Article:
Vendor, Sponsor, Team Member, and Speaker Follow-Up
Though after a virtual event, you’ll be ready to rest, this is a key time to reflect on what went well and what needs improvement. Vendors, sponsors, speakers, and team members will each have unique perspectives to share. Be sure to:
- Check in with sponsors and vendors to get their feedback on the event. Ask them what they thought was most successful, and what they thought could have been done better.
- Talk to your speakers or VIPs to find out how they felt after the event. Put out feelers to find out if they'd be willing to participate in the same event next year, or in other events you have planned.
- Check in with your internal team to get their thoughts on what went well and what could be improved for next time.
- Thank everyone sincerely for their efforts. Virtual events can be stressful for all involved, and it takes a village to make them a success.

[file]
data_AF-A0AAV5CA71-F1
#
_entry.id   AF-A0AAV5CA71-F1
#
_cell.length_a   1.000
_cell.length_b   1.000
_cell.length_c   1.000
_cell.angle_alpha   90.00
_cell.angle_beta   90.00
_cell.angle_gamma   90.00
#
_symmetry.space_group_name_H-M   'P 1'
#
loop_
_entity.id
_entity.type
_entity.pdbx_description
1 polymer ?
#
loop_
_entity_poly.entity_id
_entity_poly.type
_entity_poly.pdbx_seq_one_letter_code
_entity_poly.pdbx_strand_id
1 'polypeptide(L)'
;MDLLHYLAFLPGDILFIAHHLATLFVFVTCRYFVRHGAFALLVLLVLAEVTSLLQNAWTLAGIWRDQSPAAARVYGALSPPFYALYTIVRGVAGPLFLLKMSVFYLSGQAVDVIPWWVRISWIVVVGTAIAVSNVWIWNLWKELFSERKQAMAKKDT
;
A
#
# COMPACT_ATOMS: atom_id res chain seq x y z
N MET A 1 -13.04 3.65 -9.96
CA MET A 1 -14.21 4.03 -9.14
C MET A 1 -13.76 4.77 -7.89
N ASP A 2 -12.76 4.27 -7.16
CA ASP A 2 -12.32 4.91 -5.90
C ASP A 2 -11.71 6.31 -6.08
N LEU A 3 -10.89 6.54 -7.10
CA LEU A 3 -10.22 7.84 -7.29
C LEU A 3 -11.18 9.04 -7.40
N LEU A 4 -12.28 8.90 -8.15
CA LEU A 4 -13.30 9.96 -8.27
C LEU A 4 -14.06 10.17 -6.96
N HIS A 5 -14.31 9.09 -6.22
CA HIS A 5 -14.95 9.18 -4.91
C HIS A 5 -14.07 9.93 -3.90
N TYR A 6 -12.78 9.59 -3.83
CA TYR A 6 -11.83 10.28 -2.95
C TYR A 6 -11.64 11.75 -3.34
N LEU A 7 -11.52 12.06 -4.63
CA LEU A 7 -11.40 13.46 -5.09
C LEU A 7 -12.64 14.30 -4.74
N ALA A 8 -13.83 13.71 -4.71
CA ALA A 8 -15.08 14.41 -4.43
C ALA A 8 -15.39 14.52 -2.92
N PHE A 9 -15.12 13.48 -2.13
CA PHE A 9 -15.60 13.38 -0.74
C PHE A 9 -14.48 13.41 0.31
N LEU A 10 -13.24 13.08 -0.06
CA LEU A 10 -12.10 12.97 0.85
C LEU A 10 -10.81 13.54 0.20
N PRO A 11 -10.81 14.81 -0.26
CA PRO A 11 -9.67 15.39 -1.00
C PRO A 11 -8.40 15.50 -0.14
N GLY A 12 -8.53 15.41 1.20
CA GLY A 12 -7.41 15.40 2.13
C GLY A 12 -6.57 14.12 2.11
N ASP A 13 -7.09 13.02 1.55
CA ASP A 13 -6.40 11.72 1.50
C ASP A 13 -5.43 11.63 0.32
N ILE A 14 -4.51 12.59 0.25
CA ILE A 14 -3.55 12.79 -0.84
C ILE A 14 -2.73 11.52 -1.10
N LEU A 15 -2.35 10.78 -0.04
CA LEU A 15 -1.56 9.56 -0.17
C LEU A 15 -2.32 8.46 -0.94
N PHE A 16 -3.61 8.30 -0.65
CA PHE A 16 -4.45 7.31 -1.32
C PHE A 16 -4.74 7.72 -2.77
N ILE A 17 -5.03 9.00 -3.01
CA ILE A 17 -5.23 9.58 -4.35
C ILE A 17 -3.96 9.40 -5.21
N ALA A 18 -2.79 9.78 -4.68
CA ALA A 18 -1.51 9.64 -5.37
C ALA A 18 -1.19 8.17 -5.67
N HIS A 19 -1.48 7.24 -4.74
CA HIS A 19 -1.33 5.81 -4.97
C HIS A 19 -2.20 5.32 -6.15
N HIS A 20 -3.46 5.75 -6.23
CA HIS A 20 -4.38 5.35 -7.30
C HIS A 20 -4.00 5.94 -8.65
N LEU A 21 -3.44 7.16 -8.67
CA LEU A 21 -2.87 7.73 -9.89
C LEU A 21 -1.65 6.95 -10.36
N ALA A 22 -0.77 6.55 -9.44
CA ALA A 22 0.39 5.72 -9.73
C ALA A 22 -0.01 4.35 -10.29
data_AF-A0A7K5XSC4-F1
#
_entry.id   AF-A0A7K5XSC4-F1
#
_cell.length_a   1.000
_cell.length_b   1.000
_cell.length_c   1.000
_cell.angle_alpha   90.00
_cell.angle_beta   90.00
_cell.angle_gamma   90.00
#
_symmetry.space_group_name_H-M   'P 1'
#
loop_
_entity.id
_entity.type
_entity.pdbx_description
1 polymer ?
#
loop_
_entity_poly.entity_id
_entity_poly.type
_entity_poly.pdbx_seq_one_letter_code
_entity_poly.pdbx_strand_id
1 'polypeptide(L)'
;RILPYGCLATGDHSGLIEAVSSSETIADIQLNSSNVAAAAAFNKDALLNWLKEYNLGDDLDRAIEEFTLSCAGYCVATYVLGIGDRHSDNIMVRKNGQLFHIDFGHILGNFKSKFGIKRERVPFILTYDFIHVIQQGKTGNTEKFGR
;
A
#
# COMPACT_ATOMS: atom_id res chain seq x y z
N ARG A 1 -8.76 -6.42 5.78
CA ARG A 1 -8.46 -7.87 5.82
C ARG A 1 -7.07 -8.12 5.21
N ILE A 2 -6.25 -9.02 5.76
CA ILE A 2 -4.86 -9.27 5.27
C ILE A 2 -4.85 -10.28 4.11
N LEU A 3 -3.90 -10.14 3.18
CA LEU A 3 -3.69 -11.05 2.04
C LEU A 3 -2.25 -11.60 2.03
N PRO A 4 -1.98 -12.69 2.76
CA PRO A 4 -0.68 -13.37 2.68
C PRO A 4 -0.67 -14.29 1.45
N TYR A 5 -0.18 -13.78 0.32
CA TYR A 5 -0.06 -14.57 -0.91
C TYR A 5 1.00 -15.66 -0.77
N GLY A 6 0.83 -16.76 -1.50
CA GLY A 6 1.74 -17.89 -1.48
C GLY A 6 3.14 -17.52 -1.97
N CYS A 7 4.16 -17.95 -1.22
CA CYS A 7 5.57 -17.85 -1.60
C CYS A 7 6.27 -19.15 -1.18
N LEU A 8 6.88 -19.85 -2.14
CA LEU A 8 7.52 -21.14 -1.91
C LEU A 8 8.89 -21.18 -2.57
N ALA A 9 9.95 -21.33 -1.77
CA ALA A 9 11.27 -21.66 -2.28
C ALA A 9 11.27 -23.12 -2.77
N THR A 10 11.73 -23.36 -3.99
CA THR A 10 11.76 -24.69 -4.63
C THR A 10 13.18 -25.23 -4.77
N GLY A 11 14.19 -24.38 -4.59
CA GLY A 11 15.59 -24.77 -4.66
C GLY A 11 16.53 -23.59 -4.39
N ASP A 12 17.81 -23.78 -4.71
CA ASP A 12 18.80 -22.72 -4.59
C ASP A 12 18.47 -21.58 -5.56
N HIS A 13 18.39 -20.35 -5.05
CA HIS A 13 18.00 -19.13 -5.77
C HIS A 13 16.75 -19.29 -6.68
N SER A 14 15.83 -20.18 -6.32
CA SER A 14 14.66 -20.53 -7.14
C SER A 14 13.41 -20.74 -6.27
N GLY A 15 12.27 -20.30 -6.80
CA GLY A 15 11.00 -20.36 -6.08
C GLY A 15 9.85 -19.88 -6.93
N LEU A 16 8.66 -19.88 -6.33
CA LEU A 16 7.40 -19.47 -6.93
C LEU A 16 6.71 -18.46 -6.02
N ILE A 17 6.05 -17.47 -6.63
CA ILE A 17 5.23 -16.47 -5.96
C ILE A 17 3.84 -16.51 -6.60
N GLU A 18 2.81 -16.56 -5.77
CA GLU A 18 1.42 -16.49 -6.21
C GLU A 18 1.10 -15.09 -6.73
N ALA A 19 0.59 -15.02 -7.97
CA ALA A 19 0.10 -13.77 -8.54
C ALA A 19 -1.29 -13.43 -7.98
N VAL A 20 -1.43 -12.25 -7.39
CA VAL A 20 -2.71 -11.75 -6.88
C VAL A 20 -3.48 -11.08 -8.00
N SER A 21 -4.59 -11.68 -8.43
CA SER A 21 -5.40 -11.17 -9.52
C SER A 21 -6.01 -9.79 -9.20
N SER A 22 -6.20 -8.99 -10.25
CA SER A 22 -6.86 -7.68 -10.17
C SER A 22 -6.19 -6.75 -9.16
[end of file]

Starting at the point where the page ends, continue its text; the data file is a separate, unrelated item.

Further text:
Make sure to follow up with your event attendees in a timely manner. The data and insights you'll gain from this are simply invaluable.
- Coordinate post-event surveys to find out what your attendees thought of your event.
- Point attendees toward post-event resources like video recordings/highlights and any content that might be relevant to your attendees.
- Thank your attendees for coming to your event.
Find Success With an Event Planning Checklist
Your to-do list can get quite lengthy when planning your virtual event, so you won’t want to wait till the last minute.
For your next event, take time to create a virtual event planning checklist and see how it helps you during the planning stage and beyond. We're willing to bet it will help you pull off the ultimate event and give incredible value to your target audience.
Are you planning a virtual or hybrid event? You've come to the right place. Hopin is an all-in-one tool scalable up to 100,000 attendees and beyond, and our team is here to help you at every step. Get a demo to find out what Hopin can do for you, and check out our Virtual Event Planning Checklist to make things even easier on yourself as you’re getting started.